Wednesday, July 10, 2013

Long Range WiFi on Trailer

Danielle and I have camped in a number of locations claiming to have WiFi, only to find that it impossible to connect from our camp-site due to the distance from the access point.  We have used a Verizon MiFi device in the past but we don't always have 3G data access either.  To fix the WiFi range problem, I set up a long-range wireless connection for the trailer.

In addition to better connection strength, one of my other requirements was to create a protected, local wireless network around the trailer in order to connect my astro-photography gear and the remote monitoring computer I use in the trailer.  The wireless router I used for this purpose in the past has since died so I needed to start from scratch.

I got some good starter information on putting together a system from an article by Dick Eastman. My system consists of several parts:
  • Antenna mast and cablingPortable aluminum mast from Buddipole. For the mast, I decided to use a Buddipole that I had in my ham radio gear.  It is a lightweight, aluminum, 6-section telescoping mast with the largest section 32" long and 1-1/4" diameter.  The currently available model at Buddipole collapses smaller but should work equally well.  A more inexpensive option is a telescoping painter's pole from the hardware store.
  • Outdoor antenna and wireless client deviceWLAN-LCCPE28 from L-com. The first electronic component is a single box that contains both an 8dBi antenna and a wireless network device and which mounts on the antenna mast.  It has a single wired port and is powered over the Ethernet cable by a supplied PoE box. This sort of device is typically used as consumer premise equipment (CPE) either to provide a connection to a wireless internet service provider (WISP) or to create an outdoor wireless network.  There are various vendors and models that appear to have similar functionality.  This model was inexpensive and in-stock.
  • Wireless router in the trailerTEW-731BR wireless router from TrendNet. The second electronic device is a wireless router needed to create the local wireless network for my various devices. The wireless capability of the L-com device is used only to connect to the campground network.  It does not simultaneously create such a second network.  That is, it operates either as a wireless client or a wireless access point. This is good; a wireless repeater is not the best option for this application. The router I chose to do that was an inexpensive 300Mbps model with all of the standard features.
  • Client Devices - Several laptops and iOS devices.

Hardware Installation -  The smallest section of the mast, at 3/4",  is too narrow to secure the L-com. However, the end has a 1/2" MIP threads. I purchased a couple of 1-1/2" PVC plumbing fixtures including a bushing down to 1/2" threads.  These screw in securely to the mast end.  The two PVC pieces then come apart for easy removal and storage of the L-com.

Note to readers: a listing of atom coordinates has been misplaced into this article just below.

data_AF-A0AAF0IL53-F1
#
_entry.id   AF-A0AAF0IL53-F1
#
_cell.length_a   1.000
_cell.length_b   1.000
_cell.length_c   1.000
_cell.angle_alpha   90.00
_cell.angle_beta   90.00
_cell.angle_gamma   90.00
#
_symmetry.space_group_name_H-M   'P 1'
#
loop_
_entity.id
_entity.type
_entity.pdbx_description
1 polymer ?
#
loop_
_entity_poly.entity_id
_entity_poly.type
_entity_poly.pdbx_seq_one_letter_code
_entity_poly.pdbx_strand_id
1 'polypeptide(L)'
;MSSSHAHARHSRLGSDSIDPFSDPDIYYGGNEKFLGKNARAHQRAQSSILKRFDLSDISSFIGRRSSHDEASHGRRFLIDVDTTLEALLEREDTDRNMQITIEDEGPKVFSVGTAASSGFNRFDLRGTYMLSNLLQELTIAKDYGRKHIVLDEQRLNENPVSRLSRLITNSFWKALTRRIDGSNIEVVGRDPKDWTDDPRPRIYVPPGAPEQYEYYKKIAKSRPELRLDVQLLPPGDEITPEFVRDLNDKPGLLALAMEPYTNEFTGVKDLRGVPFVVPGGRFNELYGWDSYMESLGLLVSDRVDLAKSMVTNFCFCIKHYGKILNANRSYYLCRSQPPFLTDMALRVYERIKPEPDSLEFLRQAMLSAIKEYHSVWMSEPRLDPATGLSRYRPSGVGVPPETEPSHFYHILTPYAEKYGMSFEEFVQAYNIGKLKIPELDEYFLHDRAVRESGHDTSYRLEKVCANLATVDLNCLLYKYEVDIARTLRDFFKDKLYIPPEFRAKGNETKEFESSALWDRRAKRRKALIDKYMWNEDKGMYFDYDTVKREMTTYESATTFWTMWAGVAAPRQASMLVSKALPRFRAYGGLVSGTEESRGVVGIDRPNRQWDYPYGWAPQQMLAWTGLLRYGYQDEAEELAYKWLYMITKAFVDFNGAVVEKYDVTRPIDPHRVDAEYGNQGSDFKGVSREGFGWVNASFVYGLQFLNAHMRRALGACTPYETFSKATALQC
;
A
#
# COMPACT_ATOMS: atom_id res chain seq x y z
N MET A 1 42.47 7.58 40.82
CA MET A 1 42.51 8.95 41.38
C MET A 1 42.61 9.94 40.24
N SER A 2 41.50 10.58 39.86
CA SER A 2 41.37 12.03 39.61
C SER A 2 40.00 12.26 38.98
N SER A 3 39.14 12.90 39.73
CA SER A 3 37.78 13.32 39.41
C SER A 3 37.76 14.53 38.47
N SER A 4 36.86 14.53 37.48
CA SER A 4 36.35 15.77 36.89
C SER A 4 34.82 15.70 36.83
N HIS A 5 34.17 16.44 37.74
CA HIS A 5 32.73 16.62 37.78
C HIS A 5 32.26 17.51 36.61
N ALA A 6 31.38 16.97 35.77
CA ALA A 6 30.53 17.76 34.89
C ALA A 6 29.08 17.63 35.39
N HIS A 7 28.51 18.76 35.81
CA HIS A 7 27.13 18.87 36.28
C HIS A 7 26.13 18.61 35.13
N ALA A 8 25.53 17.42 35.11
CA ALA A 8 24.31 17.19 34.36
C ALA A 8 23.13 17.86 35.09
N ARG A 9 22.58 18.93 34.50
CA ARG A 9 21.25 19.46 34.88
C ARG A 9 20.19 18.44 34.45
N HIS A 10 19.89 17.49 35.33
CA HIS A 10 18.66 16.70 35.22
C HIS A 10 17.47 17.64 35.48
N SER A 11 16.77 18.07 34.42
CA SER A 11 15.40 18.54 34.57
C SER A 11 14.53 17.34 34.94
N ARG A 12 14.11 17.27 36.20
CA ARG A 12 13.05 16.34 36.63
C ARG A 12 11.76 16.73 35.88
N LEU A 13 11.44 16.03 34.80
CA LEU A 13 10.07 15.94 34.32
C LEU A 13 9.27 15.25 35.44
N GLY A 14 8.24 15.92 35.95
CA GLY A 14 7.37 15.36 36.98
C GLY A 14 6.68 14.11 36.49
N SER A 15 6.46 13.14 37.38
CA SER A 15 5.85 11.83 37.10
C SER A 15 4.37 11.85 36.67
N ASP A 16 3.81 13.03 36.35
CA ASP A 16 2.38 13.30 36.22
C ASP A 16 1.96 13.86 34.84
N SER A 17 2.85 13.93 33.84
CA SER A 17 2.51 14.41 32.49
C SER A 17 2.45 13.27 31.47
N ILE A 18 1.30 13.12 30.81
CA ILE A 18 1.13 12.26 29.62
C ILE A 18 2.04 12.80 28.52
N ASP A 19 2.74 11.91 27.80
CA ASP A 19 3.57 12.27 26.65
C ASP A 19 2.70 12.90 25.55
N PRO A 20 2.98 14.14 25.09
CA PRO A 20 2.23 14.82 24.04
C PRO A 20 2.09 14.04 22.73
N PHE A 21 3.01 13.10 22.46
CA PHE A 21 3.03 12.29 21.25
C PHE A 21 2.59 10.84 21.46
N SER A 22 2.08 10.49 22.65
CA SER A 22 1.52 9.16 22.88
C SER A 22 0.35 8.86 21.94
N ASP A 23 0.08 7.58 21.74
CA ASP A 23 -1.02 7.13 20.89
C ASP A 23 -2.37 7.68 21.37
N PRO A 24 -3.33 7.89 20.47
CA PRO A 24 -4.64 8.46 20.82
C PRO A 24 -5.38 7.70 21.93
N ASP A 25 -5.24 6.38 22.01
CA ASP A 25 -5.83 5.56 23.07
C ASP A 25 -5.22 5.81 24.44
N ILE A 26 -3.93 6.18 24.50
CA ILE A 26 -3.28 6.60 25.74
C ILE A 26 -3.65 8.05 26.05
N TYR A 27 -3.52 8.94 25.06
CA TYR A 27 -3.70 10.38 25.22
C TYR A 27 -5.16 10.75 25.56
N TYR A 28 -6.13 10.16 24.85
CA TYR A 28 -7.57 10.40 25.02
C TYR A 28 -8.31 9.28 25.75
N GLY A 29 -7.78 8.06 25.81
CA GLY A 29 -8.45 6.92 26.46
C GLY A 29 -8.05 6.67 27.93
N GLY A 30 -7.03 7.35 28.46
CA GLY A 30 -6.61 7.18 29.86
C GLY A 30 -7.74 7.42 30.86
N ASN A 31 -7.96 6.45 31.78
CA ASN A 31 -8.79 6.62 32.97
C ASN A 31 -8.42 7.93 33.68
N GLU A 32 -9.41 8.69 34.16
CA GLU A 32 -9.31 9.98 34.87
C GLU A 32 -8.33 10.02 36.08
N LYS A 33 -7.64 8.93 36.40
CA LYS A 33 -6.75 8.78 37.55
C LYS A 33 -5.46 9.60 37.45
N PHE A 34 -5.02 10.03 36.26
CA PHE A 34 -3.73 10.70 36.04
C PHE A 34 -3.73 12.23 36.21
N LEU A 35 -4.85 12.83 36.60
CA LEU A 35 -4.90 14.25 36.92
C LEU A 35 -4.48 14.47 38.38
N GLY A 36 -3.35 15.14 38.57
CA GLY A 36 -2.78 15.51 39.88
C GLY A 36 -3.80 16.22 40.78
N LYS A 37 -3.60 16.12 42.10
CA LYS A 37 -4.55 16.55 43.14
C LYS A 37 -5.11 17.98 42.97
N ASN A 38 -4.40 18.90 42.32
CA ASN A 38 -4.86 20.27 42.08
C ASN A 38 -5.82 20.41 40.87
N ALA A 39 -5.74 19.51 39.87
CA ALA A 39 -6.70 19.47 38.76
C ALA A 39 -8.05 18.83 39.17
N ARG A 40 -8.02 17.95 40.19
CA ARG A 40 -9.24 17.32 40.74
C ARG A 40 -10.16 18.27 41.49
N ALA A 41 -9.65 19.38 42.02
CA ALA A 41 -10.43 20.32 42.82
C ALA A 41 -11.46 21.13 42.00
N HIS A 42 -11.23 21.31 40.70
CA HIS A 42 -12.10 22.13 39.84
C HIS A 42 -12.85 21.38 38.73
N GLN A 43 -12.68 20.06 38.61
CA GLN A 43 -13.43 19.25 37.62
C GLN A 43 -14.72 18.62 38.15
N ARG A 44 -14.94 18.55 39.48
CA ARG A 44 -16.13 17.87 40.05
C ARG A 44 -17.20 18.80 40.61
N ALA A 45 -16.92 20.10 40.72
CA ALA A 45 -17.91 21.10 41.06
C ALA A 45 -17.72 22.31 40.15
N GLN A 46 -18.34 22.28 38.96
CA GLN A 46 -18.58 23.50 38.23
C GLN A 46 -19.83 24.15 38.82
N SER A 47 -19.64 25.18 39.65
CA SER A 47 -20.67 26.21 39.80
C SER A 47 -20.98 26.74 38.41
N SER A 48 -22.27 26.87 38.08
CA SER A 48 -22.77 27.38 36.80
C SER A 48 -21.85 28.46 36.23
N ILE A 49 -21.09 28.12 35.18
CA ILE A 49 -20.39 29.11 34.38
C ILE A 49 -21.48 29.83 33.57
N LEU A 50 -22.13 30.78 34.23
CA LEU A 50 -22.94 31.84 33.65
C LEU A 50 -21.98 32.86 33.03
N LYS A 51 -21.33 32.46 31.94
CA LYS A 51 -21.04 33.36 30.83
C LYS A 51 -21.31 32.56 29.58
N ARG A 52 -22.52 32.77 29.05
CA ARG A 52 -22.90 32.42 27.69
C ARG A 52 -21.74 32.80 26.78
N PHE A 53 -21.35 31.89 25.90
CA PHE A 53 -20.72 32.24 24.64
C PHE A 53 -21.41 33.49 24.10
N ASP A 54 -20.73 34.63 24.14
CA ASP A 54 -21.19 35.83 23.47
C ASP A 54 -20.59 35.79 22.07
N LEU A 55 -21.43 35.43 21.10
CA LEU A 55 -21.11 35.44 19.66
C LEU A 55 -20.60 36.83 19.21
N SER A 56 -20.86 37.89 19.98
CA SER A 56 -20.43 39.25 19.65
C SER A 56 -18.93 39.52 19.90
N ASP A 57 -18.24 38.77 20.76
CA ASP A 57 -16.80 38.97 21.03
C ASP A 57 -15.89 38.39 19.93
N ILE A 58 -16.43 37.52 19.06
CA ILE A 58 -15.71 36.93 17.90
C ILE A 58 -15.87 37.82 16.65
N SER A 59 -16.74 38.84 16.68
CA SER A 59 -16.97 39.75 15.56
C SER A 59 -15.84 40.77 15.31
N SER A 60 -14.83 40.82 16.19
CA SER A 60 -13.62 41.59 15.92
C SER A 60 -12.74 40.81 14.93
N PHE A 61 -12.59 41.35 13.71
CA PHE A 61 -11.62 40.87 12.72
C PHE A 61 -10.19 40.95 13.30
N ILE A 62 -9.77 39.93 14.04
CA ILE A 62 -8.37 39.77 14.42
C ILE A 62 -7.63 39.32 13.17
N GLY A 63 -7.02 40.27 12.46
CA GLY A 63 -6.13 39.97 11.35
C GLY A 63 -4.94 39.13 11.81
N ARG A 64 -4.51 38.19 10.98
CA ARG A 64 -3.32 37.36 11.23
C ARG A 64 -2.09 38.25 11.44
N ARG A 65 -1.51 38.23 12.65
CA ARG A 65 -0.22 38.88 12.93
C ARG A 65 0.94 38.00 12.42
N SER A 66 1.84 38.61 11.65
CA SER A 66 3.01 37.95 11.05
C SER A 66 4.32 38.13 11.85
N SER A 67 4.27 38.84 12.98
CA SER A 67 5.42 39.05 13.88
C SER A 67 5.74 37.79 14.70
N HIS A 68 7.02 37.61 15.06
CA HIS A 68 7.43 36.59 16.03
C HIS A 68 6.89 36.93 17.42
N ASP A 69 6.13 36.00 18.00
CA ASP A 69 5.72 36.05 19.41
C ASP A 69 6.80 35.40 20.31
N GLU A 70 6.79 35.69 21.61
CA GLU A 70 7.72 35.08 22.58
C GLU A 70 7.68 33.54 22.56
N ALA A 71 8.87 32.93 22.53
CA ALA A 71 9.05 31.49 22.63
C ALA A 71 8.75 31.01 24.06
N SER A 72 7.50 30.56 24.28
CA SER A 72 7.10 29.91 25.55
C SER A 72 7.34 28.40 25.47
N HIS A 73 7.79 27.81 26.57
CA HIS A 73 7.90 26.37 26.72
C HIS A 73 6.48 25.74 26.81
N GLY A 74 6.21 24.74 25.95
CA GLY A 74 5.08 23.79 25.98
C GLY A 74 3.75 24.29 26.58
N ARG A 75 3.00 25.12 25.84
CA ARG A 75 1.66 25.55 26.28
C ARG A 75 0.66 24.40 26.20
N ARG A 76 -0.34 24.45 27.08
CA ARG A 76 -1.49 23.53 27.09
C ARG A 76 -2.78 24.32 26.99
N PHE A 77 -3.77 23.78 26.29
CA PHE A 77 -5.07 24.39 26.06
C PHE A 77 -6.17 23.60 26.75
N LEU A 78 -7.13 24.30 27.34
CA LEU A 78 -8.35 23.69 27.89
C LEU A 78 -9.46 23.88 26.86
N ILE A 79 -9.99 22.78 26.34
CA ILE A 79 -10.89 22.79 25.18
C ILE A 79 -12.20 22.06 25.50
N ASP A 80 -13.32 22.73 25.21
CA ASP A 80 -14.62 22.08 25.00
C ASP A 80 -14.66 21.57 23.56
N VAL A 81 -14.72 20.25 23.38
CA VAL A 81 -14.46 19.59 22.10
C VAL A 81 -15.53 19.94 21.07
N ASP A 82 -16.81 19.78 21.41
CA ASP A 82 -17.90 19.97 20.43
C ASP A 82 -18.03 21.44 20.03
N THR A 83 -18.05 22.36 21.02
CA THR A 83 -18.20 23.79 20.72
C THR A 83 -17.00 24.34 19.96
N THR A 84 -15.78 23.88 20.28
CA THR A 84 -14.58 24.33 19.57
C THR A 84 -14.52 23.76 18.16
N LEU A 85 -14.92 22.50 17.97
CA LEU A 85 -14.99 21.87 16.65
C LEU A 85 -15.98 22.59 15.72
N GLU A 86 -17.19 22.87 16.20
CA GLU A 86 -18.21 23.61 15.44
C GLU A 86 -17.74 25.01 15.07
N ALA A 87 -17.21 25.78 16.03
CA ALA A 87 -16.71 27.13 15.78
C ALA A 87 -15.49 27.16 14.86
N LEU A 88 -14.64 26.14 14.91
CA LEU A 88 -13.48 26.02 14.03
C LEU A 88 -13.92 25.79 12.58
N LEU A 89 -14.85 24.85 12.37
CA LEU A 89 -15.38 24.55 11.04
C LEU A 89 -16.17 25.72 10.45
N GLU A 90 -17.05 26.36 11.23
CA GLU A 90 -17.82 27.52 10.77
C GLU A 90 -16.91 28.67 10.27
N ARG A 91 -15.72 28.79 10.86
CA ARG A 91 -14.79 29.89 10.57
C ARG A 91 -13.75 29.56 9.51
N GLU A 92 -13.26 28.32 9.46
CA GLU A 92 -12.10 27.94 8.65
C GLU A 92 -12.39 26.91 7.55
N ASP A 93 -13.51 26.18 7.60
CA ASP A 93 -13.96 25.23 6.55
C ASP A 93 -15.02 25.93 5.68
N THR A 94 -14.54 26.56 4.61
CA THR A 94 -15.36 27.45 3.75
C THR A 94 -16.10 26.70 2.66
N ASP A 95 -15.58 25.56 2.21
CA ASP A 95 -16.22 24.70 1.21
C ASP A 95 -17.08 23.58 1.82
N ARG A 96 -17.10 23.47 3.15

I clamped the base of the mast to the spare tire mounting post with some 4" hose clamps. When fully extended, the mast reaches about 7' above the roof line.  At that height, I will probably need to run some guy-ropes as there is flex in the mast but when only a few feet above the roof-line, it is pretty stiff.

Inside the trailer, the wireless router and the PoE box fit easily in the electronics niche above the dining table where there is a convenient AC outlet.

I plan on installing a waterproof RJ-45 outlet jack on the exterior of the trailer and routing the internal Ethernet out of sight.  I will update the post when that is completed. For now, I am routing the cable in through the window in the top rear bunk.

Configure Outdoor CPE AP Client - I followed the included instructions to make an initial, wired connection on the default address, I then reconfigured the device per the screenshots below.

This screen configures the basic settings of the device.  The Device Name is basically the host name on the network. The name I chose, muddypaws-cpe, reminds me that this is the CPE device. Since we own Labrador retrievers, it is easy to guess how we arrived at that name!

The Network Mode is should be set to Router. The alternative, bridge mode, is not appropriate for this application. In router mode, a separate subnet is created though only the wireless router will be connected to it.  This approach allows for a well-defined IP address to access these configuration webpages again regardless of the IP issued to the device by the campground servers.

This page is a bit more involved and is were I configured the network settings.  The WAN Access Type specifies how the device will acquire an IP address from the campground.  Most public hotspots use dynamic IPs, so I set this to DHCP Client.  The host name was automatically filled in from the previous screen.